- 1930: 21,709
- 1933: 20.906
- 1943: 21,870
- 1945: 33.736
- 1961: 36,897, 36 of which are from the area incorporated in 1976
- 1970: 36,208, 32 of which are from the area incorporated in 1976
- 1998: 33,926
- 1999: 33.710
- 2000: 33,549
- 2001: 33,442
- 2002: 33,429
- 2003: 33.230
- 2004: 33.277
- 2005: 33.285
- 2006: 32,982
- 2007: 32,800
- 2008: 32,732
- 2009: 33.271
- 2010: 32,368
- 2011: 32,405
- 2012: 31,009
- 2013: 31,013
- 2014: 31,065
- 2015: 31,163
- 2016: 31,896
- 2017: 31,848
- 2018: 31,879
Itzehoe belongs to the Bundestag constituency Steinburg - Dithmarschen Süd and the Landtag constituency Steinburg-Ost , both of which were won directly by the CDU in the last election. The city is the administrative seat of the Steinburg district .
City structure and incorporations
Itzehoe is divided historically in the districts of Old Town and New Town (the old town is the starting point of the settlement, in the New Town was first town charter; together they form the city center), the south to the sturgeon Wellenkamp , Sude ( incorporated 1911), Kratt ( umgemeindet 1911 ), Pünstorf (formerly an independent village, then an estate; only settled again in the 20th century), Tegelhörn (only settled in the 20th century), Edendorf (incorporated in 1963), Sude-West (expanded through reunification, in the 1960 / 70s built-up area) and monastery forest on the site of the former Hanseatic barracks (development since 1995).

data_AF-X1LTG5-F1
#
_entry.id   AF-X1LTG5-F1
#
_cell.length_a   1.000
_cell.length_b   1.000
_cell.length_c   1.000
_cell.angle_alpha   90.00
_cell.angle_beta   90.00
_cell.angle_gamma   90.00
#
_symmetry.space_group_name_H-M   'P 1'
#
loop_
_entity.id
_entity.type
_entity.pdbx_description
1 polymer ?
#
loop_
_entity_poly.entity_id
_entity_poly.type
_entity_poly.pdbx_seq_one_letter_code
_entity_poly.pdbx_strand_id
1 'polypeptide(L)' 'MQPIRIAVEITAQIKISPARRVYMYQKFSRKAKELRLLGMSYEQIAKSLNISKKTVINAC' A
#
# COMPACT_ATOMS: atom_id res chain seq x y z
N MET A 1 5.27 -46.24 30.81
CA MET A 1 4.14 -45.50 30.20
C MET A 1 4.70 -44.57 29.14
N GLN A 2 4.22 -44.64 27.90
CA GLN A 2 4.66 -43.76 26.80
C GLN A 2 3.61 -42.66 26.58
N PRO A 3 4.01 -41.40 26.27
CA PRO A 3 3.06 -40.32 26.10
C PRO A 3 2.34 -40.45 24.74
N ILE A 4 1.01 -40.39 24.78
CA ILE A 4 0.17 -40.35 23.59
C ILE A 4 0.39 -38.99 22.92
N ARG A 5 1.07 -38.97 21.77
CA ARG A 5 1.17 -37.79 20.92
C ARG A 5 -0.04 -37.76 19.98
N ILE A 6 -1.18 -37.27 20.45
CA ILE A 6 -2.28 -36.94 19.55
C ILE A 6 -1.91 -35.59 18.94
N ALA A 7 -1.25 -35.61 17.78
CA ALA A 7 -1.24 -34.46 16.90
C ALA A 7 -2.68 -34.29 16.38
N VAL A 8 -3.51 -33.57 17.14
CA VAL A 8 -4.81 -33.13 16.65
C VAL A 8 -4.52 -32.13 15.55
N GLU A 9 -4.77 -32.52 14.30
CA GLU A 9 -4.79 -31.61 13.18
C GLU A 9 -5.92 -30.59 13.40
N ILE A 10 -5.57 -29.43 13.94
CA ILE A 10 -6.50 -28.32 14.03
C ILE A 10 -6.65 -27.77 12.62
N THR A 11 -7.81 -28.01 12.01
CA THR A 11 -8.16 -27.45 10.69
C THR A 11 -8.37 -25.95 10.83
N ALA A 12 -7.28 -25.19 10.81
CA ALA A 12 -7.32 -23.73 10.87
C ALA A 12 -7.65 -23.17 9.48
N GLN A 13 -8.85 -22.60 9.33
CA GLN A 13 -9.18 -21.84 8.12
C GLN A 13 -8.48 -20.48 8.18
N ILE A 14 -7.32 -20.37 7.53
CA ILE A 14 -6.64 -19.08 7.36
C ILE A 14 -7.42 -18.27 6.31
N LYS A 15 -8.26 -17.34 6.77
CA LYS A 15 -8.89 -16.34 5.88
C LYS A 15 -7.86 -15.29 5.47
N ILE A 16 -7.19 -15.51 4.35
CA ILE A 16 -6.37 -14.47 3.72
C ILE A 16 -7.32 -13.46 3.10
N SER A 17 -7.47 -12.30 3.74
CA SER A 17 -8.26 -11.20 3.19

On January 1, 1976, an area of the municipality of Oelixdorf with then about 30 inhabitants was incorporated into the city of Itzehoe.
coat of arms
Blazon : “In red over blue waves on a continuous silver wall, two pointed silver tin towers with a closed gate; a silver nettle leaf between the tower roofs. "
Result of the local elections on May 6, 2018:
|Political party||be right||percent||Seats|
|Alliance 90 / The Greens||1,705||17.6%||7th|
|DAFi - The alternative faction itzehoe||606||6.3%||2|
|Independent constituency of Itzehoe (UWI)||521||5.4%||2|
|Itzehoer Citizens Forum - IBF||313||3.2%||1|
Due to the six-year electoral term of the previous mayor, Rüdiger Blaschke, which ended on April 14, 2010, a new mayor was elected on March 7, 2010 with a voter turnout of 36.39%. The following parts of the vote were accounted for by the candidates:
- Rüdiger Blaschke (independent): 39.33%
- Andreas Koeppen (SPD): 56.08%
- Martin Wnuk (Pensioners' Party): 4.59%
Thus, Andreas Koeppen was elected as the new mayor of Itzehoe in the first ballot.
Former mayor of the city
1st Mayor 1535–1801
- 1535 to after 1558: Jürgen Elers
- after 1558 to before 1567: Hans Hasenkroch
- before 1567 to 1568: Hans Rottmann
- 1568 to after 1571: Jochin Elers
- after 1571 to 1584: Andreas Gottfriedt